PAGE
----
Do you have a life insurance policy that you may not want or need anymore? Visit our website at RosellWealthManagement.com to begin a dialog to help determine if this is a viable option for you. At Rosell wealth management our team specializes in helping our clients create a plan that helps them live their dream retirement with peace of mind.
¹Valmark Securities, Creating Value out of an Existing Life Insurance Policy’ brochure
David Rosell is President of Rosell Wealth Management in Bend. RosellWealthManagement.com. He is the host of Recession-Proof Your Retirement Podcast and author of Failure is Not an Option — Creating Certainty in the Uncertainty of Retirement and Keep Climbing — A Millennial’s Guide to Financial Planning. Find David’s books at local bookstores, Amazon, Audible as well as the Redmond Airport.
Investment advisory services offered through Valmark Advisers, Inc. an SEC Registered Investment Advisor Securities offered through Valmark Securities, Inc. Member FINRA, SIPC 130 Springside Drive, Ste. 300 Akron, Ohio 44333-2431. 800-765-5201. Rosell Wealth Management is a separate entity from Valmark Securities, Inc. and Valmark Advisers, Inc.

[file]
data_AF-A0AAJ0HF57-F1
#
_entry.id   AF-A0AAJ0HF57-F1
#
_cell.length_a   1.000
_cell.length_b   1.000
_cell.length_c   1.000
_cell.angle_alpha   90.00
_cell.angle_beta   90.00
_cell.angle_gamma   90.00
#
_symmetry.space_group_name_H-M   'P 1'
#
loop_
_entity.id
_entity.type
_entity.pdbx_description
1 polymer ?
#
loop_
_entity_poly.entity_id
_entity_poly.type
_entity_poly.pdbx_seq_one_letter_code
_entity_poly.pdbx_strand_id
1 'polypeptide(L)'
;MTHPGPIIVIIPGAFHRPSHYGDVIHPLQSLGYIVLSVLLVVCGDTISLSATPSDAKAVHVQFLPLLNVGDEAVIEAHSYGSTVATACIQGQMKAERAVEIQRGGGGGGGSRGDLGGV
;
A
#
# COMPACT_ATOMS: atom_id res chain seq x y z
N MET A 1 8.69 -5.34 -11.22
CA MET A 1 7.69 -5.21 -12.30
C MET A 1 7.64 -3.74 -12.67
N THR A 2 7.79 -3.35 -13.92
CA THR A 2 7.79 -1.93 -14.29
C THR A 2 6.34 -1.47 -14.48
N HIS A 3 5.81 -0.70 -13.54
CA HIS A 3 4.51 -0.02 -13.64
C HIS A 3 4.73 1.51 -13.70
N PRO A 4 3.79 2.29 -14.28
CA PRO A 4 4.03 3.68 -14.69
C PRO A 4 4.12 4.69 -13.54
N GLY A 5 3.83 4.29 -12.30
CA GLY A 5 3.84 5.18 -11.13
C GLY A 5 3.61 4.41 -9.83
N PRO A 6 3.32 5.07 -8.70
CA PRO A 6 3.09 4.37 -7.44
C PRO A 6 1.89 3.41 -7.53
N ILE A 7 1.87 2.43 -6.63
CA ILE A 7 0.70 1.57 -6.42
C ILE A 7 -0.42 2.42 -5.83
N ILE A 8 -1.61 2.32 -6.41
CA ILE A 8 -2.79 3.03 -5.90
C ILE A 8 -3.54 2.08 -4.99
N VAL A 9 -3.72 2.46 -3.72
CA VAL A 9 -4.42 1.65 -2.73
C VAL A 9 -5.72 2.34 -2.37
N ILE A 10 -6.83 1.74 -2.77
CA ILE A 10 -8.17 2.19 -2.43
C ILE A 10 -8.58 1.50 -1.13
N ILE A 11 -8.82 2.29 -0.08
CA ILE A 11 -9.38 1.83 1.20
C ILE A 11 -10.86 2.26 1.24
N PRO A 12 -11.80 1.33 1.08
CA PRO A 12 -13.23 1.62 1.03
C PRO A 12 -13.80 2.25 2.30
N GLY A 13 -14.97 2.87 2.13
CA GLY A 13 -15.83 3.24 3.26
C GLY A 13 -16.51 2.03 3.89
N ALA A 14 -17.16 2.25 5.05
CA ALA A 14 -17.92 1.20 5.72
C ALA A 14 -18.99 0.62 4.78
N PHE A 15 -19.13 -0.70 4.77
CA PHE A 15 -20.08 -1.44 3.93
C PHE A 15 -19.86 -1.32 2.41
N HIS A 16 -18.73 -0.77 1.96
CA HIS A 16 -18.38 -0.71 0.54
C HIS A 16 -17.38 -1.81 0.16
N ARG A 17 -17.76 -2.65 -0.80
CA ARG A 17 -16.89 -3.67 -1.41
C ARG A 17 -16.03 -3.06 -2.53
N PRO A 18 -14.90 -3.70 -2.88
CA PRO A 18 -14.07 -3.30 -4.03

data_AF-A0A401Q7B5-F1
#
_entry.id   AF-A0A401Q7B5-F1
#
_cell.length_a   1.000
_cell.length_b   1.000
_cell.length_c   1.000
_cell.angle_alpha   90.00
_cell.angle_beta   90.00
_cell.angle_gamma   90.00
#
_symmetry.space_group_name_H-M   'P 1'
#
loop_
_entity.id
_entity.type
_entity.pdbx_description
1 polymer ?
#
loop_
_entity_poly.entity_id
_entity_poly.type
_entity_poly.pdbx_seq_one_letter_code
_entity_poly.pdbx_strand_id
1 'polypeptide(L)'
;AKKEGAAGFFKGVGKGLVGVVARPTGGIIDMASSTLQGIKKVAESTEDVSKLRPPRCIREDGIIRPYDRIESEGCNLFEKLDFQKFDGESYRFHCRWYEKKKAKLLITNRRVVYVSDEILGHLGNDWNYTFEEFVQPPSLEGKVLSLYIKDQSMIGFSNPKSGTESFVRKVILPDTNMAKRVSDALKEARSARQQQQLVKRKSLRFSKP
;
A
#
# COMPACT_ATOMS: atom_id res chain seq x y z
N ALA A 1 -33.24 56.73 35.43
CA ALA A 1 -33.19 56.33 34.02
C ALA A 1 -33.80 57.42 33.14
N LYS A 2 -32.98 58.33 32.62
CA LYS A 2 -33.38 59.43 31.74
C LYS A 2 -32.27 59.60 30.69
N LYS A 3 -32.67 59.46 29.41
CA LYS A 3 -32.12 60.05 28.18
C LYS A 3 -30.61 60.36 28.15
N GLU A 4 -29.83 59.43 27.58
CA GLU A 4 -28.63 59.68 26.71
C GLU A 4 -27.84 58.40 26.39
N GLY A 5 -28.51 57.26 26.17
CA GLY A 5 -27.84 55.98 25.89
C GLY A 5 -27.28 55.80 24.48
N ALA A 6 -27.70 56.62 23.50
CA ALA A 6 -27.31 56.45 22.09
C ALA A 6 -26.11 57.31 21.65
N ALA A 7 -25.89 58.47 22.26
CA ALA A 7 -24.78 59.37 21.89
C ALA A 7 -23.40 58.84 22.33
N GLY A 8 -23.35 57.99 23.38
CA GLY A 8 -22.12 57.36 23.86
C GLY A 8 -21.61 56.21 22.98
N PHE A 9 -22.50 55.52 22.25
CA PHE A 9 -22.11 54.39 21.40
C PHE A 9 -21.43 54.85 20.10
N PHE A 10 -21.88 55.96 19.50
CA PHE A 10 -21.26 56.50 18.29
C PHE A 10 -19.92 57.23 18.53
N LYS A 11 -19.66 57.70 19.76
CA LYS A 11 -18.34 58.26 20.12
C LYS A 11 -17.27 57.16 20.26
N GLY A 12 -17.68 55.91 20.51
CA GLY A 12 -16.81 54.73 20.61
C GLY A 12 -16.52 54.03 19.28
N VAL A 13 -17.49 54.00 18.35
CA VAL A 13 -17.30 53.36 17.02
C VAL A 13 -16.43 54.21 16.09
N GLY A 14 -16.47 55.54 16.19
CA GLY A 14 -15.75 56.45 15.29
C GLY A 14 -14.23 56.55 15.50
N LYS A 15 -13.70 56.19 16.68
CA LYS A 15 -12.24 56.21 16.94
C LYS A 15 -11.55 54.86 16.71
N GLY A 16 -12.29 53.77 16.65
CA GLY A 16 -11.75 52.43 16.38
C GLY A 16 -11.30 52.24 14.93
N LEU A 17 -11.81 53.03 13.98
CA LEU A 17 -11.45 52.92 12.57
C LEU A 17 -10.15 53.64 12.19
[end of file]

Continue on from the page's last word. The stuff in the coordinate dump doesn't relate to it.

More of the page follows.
Valmark Securities supervises all life settlements like a security transaction and its’ registered representatives act as brokers on the transaction and may receive a fee from the purchaser. Once a policy is transferred, the policy owner has no control over subsequent transfers and may be required to disclosure additional information later. If a continued need for coverage exists, the policy owner should consider the availability, adequacy and cost of the comparable coverage. A life settlement transaction may require an extended period to complete and result in higher costs and fees due to their complexity. Policy owners considering the need for cash should consider other less costly alternatives. A life settlement may affect the insured’s ability to obtain insurance in the future and the seller’s eligibility for certain public assistance programs. When an individual decides to sell their policy, they must provide complete access to their medical history, and other personal information.